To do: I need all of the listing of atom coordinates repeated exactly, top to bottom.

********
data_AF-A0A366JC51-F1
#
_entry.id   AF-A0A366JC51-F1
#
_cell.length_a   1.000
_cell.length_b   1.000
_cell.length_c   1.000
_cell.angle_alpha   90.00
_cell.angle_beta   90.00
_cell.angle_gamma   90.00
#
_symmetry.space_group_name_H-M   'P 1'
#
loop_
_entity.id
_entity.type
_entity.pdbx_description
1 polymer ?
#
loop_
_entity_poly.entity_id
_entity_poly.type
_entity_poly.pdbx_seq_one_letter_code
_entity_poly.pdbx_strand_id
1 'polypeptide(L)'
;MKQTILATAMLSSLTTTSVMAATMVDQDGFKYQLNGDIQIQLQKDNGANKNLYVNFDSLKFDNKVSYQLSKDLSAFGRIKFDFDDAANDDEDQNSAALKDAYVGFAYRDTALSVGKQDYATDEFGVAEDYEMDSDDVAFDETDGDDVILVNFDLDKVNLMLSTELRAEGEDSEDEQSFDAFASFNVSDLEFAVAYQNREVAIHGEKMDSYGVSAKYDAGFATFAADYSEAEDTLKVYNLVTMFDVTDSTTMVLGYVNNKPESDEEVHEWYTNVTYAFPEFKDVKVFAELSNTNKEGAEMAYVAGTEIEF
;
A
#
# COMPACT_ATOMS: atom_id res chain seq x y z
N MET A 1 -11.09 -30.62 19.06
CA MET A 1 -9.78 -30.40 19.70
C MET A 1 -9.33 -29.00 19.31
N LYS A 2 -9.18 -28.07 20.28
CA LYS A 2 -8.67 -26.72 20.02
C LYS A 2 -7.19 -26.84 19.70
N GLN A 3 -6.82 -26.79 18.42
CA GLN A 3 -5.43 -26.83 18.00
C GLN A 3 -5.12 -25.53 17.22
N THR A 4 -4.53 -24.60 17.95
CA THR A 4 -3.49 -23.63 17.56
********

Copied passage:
data_AF-A0A366JC51-F1
#
_entry.id   AF-A0A366JC51-F1
#
_cell.length_a   1.000
_cell.length_b   1.000
_cell.length_c   1.000
_cell.angle_alpha   90.00
_cell.angle_beta   90.00
_cell.angle_gamma   90.00
#
_symmetry.space_group_name_H-M   'P 1'
#
loop_
_entity.id
_entity.type
_entity.pdbx_description
1 polymer ?
#
loop_
_entity_poly.entity_id
_entity_poly.type
_entity_poly.pdbx_seq_one_letter_code
_entity_poly.pdbx_strand_id
1 'polypeptide(L)'
;MKQTILATAMLSSLTTTSVMAATMVDQDGFKYQLNGDIQIQLQKDNGANKNLYVNFDSLKFDNKVSYQLSKDLSAFGRIKFDFDDAANDDEDQNSAALKDAYVGFAYRDTALSVGKQDYATDEFGVAEDYEMDSDDVAFDETDGDDVILVNFDLDKVNLMLSTELRAEGEDSEDEQSFDAFASFNVSDLEFAVAYQNREVAIHGEKMDSYGVSAKYDAGFATFAADYSEAEDTLKVYNLVTMFDVTDSTTMVLGYVNNKPESDEEVHEWYTNVTYAFPEFKDVKVFAELSNTNKEGAEMAYVAGTEIEF
;
A
#
# COMPACT_ATOMS: atom_id res chain seq x y z
N MET A 1 -11.09 -30.62 19.06
CA MET A 1 -9.78 -30.40 19.70
C MET A 1 -9.33 -29.00 19.31
N LYS A 2 -9.18 -28.07 20.28
CA LYS A 2 -8.67 -26.72 20.02
C LYS A 2 -7.19 -26.84 19.70
N GLN A 3 -6.82 -26.79 18.42
CA GLN A 3 -5.43 -26.83 18.00
C GLN A 3 -5.12 -25.53 17.22
N THR A 4 -4.53 -24.60 17.95
CA THR A 4 -3.49 -23.63 17.56